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Nanomaterials in the Environment, Agriculture & Technology -  Organized Research Unit (NEAT ORU) - UC Davis

About NEAT-ORU

Goals of the NEAT-ORU

Nanomaterials consist of small particles with large surface areas and enhanced chemical and biological reactivity. They figure prominently in fundamental science, in communication, information, and electronic technology, in catalysis, in biotechnology and medicine, and in the transport of adsorbed pollutants and nutrients in the hydrosphere, atmosphere, and biosphere. We must develop new knowledge and educate students in the fundamental physical science needed to identify, characterize, and understand nanomaterials, in the constellation of related environmental, geological, atmospheric and biological issues, as well as the regulatory and societal issues that arise or are impacted by such research. Participants in this program will be well poised to embark on careers in basic research, technology, environmental management and remediation, health sciences, and public policy and legislative development. The NEAT initiative at UC Davis is to provide a broad, deep, and interactive environment to address these issues in terms of research and education.

NEAT Faculty Recruitment Initiative

A 1997 call for proposals for interdisciplinary faculty hiring initiatives resulted in commitments from several colleges for about 12 faculty lines related to NEAT.

Successful recruitments include:

  • Anthony Wexler in fall 2000, as a Professor with appointments in Mechanical and Aeronautical Engineering, Civil Engineering, and Land, Air, and Water Resources.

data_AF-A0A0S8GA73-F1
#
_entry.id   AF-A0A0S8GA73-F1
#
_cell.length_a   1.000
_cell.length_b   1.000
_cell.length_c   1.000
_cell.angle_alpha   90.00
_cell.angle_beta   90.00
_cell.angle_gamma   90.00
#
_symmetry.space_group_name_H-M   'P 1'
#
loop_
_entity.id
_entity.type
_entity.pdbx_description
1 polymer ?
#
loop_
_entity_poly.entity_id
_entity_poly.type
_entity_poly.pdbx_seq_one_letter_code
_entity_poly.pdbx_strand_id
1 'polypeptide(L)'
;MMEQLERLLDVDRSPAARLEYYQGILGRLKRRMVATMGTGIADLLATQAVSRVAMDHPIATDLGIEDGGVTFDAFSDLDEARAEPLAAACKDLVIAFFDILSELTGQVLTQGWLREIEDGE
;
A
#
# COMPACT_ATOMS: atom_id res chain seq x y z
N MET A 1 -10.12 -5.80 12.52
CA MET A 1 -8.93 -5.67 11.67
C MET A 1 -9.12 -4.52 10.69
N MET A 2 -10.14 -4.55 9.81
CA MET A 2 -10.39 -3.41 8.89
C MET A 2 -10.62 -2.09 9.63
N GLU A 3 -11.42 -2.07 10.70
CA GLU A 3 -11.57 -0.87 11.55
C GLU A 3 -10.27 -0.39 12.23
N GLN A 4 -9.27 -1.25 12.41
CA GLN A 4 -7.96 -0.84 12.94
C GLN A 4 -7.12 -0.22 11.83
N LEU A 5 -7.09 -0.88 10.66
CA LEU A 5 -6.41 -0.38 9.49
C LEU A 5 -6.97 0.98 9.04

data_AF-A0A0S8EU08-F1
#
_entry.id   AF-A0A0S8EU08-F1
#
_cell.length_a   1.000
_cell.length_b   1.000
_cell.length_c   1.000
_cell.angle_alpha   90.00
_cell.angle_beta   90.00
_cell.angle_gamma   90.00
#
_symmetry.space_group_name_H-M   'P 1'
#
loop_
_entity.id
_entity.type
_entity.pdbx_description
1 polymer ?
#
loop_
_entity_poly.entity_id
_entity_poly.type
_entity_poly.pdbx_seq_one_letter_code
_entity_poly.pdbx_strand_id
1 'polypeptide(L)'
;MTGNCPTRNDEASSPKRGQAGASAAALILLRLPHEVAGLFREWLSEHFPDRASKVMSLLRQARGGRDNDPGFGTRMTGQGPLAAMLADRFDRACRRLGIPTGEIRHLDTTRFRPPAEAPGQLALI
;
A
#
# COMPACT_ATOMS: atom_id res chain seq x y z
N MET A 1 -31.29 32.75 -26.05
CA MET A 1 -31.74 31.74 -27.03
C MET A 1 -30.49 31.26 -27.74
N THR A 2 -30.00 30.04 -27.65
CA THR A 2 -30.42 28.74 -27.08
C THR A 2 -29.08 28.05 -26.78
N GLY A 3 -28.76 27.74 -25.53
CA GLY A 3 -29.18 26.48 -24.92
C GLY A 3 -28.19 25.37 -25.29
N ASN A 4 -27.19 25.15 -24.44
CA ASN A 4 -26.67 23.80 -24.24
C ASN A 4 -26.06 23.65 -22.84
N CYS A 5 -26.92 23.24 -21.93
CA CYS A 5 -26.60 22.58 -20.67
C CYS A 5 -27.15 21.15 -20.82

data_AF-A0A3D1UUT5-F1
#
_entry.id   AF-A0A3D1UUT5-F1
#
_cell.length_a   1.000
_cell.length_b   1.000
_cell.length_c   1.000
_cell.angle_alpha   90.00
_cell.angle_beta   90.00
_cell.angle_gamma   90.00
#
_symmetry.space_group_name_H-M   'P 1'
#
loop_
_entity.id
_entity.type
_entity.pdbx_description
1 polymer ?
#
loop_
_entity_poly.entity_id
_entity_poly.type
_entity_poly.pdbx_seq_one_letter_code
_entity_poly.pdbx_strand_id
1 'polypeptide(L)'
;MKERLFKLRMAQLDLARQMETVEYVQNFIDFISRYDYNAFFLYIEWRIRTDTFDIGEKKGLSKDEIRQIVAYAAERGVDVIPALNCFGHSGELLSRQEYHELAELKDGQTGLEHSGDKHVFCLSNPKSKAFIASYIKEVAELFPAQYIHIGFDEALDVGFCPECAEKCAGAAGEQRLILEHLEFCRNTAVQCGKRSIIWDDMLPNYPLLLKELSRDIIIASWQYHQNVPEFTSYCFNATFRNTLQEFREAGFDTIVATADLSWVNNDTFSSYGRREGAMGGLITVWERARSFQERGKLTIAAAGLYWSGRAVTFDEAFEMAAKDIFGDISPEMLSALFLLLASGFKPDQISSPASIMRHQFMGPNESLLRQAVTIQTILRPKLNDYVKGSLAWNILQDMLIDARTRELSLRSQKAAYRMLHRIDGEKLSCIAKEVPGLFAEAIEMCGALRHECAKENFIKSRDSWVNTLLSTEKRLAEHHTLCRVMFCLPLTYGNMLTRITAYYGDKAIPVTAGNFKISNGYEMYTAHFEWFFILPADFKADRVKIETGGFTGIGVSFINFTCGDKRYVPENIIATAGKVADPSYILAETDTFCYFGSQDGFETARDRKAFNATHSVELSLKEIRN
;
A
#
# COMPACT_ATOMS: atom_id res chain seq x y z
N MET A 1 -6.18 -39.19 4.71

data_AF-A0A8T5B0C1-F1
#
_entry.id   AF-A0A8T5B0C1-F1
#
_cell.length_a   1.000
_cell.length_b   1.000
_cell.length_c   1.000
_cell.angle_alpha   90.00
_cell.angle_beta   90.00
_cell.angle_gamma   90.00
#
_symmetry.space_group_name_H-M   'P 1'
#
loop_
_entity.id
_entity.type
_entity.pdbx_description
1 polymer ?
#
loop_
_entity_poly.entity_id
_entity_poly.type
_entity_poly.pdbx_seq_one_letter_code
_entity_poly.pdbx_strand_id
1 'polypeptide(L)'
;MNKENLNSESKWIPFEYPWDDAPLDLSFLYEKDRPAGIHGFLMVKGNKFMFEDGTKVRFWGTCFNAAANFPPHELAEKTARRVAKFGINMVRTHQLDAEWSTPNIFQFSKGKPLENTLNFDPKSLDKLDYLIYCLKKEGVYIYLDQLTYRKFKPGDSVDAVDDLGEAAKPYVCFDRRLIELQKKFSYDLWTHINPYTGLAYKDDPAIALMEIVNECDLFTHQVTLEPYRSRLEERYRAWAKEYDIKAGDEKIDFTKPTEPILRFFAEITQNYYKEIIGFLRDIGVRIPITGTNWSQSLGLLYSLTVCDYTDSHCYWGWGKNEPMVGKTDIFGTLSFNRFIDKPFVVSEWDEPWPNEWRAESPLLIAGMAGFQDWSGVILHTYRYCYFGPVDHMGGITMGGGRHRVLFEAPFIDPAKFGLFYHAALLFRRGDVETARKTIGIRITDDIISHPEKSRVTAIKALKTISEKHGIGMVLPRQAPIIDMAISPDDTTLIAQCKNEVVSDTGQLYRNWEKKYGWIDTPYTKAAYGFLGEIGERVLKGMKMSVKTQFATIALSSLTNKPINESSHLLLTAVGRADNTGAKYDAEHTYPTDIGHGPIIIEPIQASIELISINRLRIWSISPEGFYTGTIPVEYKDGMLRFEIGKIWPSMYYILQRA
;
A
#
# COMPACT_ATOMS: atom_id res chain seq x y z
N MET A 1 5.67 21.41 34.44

• Gang-yu Liu in fall 2001 as an Associate Professor in Chemistry.
  • Kai Liu in the fall 2001 as an Assistant Professor in Physics.
  • Joerg Loeffler in fall 2001 as an Assistant Professor in Chemical Engineering and Materials Science.
  • Nigel Browning in Winter 2003 with a joint appointment in Chemical Engineering and Materials Science and the National Center for Electron Microscopy at Lawrence Berkeley Lab, now moved affiliation to Livermore National Lab.
  • James Rustad in Fall 2004 as an Associate Professor in Geology.
  • Sabyasachi Sen in 2004 as an Associate Professor in Chemical Engineering and Materials Science.
  • Sangtae Kim in fall 2004 as Assistant Professor in Chemical Engineering and Materials Science (partly supported by NEAT).

Other appointments, not tied to the NEAT recruitment initiative, have brought in faculty with nanomaterials interests. These include Roland Faller, Assistant Professor of Chemical Engineering (Fall 2002), Atul Parikh, Assistant Professor in Applied Science (Fall 2001), Saif Islam (Assistant Professor of Electrical Engineering (Fall 2004), Mark Asta, Professor of Chemical Engineering and Materials Science (Fall 2005), and Guilia Galli, Professor of Chemistry (Fall 2005). NEAT was an asset in these recruitments and Navrotsky served on several of the search committees. These new faculty are now active participants in the NEAT community.

NEAT Organized Research Unit (ORU)

NEAT formally became an Organized Research Unit (ORU, directed by A. Navrotsky) on the Davis campus in July 2002. The is integral in catalyzing and organizing response to calls for proposals, especially those for multi-investigator interdisciplinary projects, by pulling together campus resources from the diverse and extensive research and teaching interests of a large number of investigators (> 30) in many different departments (> 10). Its unifying theme is materials, mainly nanomaterials, with emphasis on the interaction of materials and the natural and man-made environment. The ORU is a focal point for the IGERT and the recruitment initiative, as well as for seminars, discussions, and off-campus interactions. It provides staff support as well as visibility. The NEAT ORU is now actively working with the new Energy for the Future Initiative on campus. NEAT forms the focus of fundamental molecular scale research in materials, including nanomaterials, for energy applications.

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